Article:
I recall, 2+ years ago, when it was rumored that Taraji P. Henson had been cast as Tammi Terrell in Universal’s James Brown biopic, “Get On Up,” which starred Chadwick Boseman. Needless to say, that didn’t happen. It may have simply been wishful thinking by whomever started the rumor, especially given that there is indeed a slight resemblance between Taraji and Terrell (photo above).
Skip ahead to earlier this year, when it was announced that “Vampire Diaries” star Kat Graham had been cast to play Terrell in an upcoming biopic of the late singer, from writer/producer/director/actress Maryam Myika Day, and produced by Robert Teitel, Rose Ganguzza and Hilary Shor.
Graham’s own Panthera Pictures production company will also produce.
“I immediately connected to Tammi and her story in many ways and have felt the incredible need to tell it… Tammi Terrell defined passion and soul itself… Getting lost in the music enabled her to override life’s punishments – for when she sang, she could use the hurt to create greatness and give the world hope that maybe they could overcome their pain as well,” Ms Graham said when the project was first announced.
Principal photography on the yet-to-be-titled feature film is set for 2016.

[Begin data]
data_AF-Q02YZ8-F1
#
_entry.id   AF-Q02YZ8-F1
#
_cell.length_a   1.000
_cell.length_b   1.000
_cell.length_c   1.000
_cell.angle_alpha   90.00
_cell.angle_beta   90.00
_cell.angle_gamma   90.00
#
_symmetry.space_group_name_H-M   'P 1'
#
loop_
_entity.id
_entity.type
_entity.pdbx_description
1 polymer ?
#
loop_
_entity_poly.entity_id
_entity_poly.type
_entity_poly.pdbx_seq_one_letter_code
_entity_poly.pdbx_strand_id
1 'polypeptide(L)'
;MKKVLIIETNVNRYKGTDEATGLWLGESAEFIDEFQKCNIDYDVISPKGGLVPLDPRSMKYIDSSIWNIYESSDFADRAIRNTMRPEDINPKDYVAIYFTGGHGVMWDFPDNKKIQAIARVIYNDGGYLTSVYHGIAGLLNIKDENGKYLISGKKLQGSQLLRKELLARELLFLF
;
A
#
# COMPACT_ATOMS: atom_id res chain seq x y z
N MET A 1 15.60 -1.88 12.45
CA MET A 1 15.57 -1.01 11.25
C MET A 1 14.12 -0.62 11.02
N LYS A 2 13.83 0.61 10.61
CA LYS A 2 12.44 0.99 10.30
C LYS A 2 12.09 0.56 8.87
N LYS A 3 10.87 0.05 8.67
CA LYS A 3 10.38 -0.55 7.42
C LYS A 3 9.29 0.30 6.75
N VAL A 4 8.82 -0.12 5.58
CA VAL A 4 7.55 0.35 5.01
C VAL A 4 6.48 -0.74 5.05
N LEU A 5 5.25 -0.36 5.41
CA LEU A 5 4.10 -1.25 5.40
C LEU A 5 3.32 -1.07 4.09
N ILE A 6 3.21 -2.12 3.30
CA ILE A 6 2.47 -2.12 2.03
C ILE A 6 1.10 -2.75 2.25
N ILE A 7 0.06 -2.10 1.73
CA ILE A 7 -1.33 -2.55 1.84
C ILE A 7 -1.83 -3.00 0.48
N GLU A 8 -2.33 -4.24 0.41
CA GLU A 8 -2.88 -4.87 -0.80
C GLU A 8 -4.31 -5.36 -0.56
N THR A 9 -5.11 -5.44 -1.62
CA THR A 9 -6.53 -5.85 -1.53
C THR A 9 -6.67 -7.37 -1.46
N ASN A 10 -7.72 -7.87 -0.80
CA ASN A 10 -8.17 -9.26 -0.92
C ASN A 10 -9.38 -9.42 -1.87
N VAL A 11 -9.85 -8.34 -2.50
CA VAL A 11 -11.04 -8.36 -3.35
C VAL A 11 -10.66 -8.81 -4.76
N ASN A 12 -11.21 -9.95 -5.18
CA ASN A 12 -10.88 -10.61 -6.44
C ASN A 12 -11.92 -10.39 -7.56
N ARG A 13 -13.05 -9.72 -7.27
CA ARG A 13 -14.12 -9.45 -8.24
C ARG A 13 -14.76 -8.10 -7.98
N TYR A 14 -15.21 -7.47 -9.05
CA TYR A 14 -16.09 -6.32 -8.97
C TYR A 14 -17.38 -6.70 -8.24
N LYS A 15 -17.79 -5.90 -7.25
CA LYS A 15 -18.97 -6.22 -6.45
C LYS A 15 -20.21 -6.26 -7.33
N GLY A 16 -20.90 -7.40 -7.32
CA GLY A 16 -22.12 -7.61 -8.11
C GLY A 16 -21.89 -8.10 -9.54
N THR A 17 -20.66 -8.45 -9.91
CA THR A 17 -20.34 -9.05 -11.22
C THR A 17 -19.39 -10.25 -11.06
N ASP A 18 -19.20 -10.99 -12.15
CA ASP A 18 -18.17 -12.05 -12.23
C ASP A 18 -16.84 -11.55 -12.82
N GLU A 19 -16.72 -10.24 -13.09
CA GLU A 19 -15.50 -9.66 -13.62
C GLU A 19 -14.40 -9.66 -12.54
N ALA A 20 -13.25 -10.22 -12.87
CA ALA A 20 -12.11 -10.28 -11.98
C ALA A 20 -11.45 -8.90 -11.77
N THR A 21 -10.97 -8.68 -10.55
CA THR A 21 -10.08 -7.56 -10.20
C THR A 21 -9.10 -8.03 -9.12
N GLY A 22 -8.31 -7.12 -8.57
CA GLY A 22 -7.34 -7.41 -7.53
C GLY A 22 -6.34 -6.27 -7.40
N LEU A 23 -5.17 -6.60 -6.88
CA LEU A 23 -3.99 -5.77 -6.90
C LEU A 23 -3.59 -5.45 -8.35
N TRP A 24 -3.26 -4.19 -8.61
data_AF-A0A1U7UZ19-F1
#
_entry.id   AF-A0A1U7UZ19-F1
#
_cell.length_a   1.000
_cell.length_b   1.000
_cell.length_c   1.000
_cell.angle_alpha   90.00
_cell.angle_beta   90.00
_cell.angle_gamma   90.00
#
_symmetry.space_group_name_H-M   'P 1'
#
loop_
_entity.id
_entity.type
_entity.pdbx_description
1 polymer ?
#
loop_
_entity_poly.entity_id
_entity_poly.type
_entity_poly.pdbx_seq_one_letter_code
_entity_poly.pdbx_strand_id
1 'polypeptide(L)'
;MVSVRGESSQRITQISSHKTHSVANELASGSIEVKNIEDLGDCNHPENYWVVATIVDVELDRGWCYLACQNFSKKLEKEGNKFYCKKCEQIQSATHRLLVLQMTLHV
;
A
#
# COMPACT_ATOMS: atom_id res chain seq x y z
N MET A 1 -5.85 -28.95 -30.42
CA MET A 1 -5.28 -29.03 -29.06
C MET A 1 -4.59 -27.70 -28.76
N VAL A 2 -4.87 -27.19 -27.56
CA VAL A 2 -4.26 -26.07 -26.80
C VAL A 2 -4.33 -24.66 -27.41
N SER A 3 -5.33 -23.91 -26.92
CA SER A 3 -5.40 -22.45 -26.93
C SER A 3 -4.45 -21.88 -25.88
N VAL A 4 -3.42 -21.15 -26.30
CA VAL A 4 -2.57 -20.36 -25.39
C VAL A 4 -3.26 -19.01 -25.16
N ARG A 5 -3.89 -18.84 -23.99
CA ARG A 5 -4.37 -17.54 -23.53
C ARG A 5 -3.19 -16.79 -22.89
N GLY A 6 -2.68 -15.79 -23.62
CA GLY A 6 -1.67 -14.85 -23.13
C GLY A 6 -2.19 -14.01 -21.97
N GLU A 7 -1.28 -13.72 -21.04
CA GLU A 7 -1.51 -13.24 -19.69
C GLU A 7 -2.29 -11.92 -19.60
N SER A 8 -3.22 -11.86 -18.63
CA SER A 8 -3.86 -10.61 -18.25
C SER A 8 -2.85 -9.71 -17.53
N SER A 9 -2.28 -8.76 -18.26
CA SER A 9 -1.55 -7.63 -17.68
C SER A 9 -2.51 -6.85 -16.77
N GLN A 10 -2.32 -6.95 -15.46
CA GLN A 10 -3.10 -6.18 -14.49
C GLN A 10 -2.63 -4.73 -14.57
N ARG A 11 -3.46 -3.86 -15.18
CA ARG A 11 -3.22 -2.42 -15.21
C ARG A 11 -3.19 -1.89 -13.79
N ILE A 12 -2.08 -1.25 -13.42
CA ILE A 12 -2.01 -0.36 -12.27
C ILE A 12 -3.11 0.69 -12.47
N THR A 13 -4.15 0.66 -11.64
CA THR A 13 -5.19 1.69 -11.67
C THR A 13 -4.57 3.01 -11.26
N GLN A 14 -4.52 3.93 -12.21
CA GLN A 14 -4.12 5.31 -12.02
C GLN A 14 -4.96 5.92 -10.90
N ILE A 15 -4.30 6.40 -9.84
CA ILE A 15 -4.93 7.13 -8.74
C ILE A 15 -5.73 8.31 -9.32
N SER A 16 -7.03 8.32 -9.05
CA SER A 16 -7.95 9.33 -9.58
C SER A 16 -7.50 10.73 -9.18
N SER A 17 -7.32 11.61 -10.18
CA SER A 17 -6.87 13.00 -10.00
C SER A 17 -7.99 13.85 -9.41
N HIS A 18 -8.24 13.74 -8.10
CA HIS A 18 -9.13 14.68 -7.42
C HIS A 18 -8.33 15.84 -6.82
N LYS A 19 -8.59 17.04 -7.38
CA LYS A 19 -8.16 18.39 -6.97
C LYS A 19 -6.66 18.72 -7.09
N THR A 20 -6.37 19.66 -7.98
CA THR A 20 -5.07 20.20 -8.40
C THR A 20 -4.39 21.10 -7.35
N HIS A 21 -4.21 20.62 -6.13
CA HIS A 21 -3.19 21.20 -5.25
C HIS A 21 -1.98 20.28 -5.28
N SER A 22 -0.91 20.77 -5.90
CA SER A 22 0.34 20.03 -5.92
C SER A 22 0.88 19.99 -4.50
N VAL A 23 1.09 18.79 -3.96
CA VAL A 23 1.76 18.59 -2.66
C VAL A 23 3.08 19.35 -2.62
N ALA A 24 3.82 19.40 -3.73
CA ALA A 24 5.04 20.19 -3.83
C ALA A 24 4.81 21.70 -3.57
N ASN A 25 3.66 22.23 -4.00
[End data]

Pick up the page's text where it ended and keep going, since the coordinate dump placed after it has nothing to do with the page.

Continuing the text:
Now skip ahead again several months to today, with the announced that actress Tamala Jones is also producing a Tammi Terrell biopic, which will be based on the book, “My Sister Tommie – The Real Tammi Terrell,” written by Terrell’s sister Ludie Montgomery, published in 2005.
The project, which Tamala Jones appears to be only producing (via her Foxy Roxy shingle) and not starring in (although it’s said that she will have a supporting role in the film), does have Terrell’s estate’s blessing.
Sylvia Jahshan is scripting the adaptation, with filming set to also begin in 2016.
Over a short 12 month period, starting in April 1967, the super duo of Marvin Gaye and Tammi Terrell enjoyed a string of 4 straight hits with some of the greatest love songs ever recorded at Motown Records. Sadly, only the first two of those 4 hits were released while Tammi Terrell was still well enough to perform them. In October 1967, just six months after the release of the now-classic “Ain’t No Mountain High Enough,” Terrell collapsed onstage during a live performance at Virginia’s Hampton-Sydney College. Two-and-a-half years later, on March 16, 1970, she died of complications from the malignant brain tumor that caused her 1967 collapse. She was only 24 years old at the time of her death, but she already had more than 10 years of show-business experience behind her, starting early, appearing as an opening act for the likes of Patti Labelle & the Bluebelles, later joining James Brown’s live revue as a backup singer at 18. In 1965, at the age of 20, she was signed to Motown Records. But it wasn’t until a couple of years later, when Motown decided to pair her with Marvin Gaye, while working with songwriters/husband-and-wife team of Ashford and Simpson, that Terrell (along with Gaye) became a star. After “Ain’t No Mountain High Enough” came: “Your Precious Love,” “Ain’t Nothing Like the Real Thing” and “You’re All I Need to Get By.”
Deadline was first to report the Tamala Jones project.